National Security

U.S. Outraged Over Europe’s Refusal to Extend Iran Sanctions

Europe gives Iran pass on terror, missile sanctions to keep Tehran locked in nuclear accord

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The European Union is resisting Trump administration efforts to foster greater international coordination on holding Tehran accountable for its rising sponsorship of terrorism and expanding ballistic missile program, according to State Department documents viewed exclusively by the Washington Free Beacon.

"The EU had no new [sanctions] designations in the second half of 2019," the State Department informed Congress last month in a nonpublic notification that highlights the deepening divide between the Trump administration and its European allies when it comes to sanctioning Iran.

The EU's opposition to new sanctions has outraged hardliners in the administration and Congress who have been pressuring Europe to take a unified stand with the United States against Iran's expanding missile program and financing of regional terror groups. European leaders maintain that any new sanctions would prompt Tehran to leave the landmark nuclear accord, which Iran has been violating for several months.

A senior State Department official, speaking only on background about the developing situation, confirmed to the Free Beacon the administration is consistently pressing its European allies to stop turning a blind eye to Tehran's aggression.

In fact, the United States now views Brexit, in which the United Kingdom withdrew from the EU, as a prime opportunity to partner with the country on the anti-Iran effort, the Free Beacon has learned.

"We have repeatedly asked the EU and the [United Kingdom] to match our sanctions on the Iranian regime, particularly on Iran's nuclear and missile program, but also on Iran's terrorist proxies," a State Department spokesman told the Free Beacon. "But there is still great fear within the E3 [France, Germany, and Italy] that sanctioning Iran will jeopardize the nuclear deal. With the U.K. out of the EU, we do see a renewed opportunity for the U.K. to sanction the regime. We will keep pressing the point."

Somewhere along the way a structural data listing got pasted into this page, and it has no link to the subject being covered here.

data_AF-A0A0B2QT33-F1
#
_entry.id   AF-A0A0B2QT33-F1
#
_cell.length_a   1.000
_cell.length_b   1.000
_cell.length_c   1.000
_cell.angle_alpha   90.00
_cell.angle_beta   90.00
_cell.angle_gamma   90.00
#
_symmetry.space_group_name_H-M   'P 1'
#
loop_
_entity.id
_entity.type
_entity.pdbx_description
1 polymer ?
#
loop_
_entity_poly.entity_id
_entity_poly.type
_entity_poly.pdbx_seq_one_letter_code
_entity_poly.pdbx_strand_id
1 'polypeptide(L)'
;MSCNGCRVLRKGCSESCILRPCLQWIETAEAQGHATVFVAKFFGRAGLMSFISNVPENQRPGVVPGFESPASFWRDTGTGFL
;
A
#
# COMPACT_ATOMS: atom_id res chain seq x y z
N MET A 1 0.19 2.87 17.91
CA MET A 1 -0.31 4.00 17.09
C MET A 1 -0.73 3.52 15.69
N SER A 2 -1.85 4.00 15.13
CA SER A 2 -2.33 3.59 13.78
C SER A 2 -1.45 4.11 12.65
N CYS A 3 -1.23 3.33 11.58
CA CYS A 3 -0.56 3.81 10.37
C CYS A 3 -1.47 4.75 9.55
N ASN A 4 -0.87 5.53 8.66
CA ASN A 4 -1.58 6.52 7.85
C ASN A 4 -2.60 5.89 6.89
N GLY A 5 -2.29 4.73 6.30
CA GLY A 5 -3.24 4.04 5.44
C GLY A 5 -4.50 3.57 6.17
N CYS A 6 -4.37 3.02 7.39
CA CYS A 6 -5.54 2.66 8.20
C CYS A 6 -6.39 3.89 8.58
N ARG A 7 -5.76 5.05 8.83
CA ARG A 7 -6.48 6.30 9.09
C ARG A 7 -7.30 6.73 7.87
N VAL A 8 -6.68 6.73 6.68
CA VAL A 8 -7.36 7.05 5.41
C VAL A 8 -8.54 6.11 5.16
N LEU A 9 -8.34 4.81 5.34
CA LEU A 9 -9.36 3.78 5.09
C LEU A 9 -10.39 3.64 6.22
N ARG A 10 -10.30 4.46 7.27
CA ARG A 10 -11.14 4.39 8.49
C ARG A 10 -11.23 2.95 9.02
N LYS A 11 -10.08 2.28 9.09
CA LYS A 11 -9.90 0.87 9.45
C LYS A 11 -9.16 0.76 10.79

The historically close alliance between the United States and the United Kingdom could bolster efforts to strangle Iran's financial lifeline to Europe.

But even as Iran stockpiles large amounts of enriched uranium—the key component in a nuclear weapon—it is the country's missile program that has emerged in recent weeks as one of the more contentious disagreements between the United States and its global partners.

A United Nations ban on Iran's procurement of advanced missiles is set to lift in October—despite Trump administration efforts to prevent the lifting. Already, countries such as Russia have said they will block American efforts at the U.N. to stop the arms ban from expiring.

While the EU did not issue any new sanctions in the second half of 2019, it did renew 171 human rights and proliferation measures on Iran, according to the documents.

However, this stands in stark contrast to the scores of new sanctions issued throughout 2019 by the Trump administration on sectors ranging from Iran's missile program to its terrorism network, human rights violations, and repeated nuclear breaches. The administration also took the unprecedented step of sanctioning senior Iranian leaders and members of its elite Islamic Revolutionary Guards Corps.

The four-page report viewed by the Free Beacon covers the second half of 2019 and lists over 70 individuals and entities that the United States sanctioned during that period that the EU did not impose sanctions against.

One former senior Trump administration official familiar with the efforts to combat Iran told the Free Beacon that Europe must be forced to follow America's lead. The source said that U.K. prime minister Boris Johnson could be instrumental in this effort.

"The Europeans have never let go of the Iran deal, which is why they continue to oppose any new sanctions on Iran," the former official said, speaking only on background. "The mullahs blew up 5 percent of global oil supply, stormed the U.S. embassy in Baghdad, took British and other European citizens hostage, arrested the British ambassador, murdered 1,500 people in the streets, and blew a passenger jet out of the sky—zero sanctions in response. At some point, someone in Europe needs to stand up and say Iran is not our friend, America is our strongest ally, and we are going to do what we can to stop the mullahs from building nuclear weapons with long-range missiles to hit London."

The only solution to Europe's intransigence is for the United States to petition the United Nations Security Council for a full "snapback" of all sanctions lifted under the landmark nuclear accord, the source said. Republican hawks in Congress and inside the administration have been lobbying Trump and Secretary of State Mike Pompeo to invoke the snapback mechanism for some time. The administration, however, has not yet decided on whether it will trigger this option.

"Boris Johnson could be that leader but it all starts with snapback at the Security Council to open the floodgates," the former official said.

Hardliners in Congress said they are under no illusions about Europe's efforts to coddle Iran despite U.S. outrage.

"The Europeans are on Iran's team. They come up to Congress and tell lawmakers that they're working with the Trump administration against Iran, and now we learn from the State Department that actually they're ignoring our diplomats, they're not taking any actions, and on top of everything else they're trying to move billions of dollars to the Iranian regime," said one congressional GOP aide who works on Iran issues. "Everybody knows they're just trying to run out the clock on Trump, but they think they're being clever."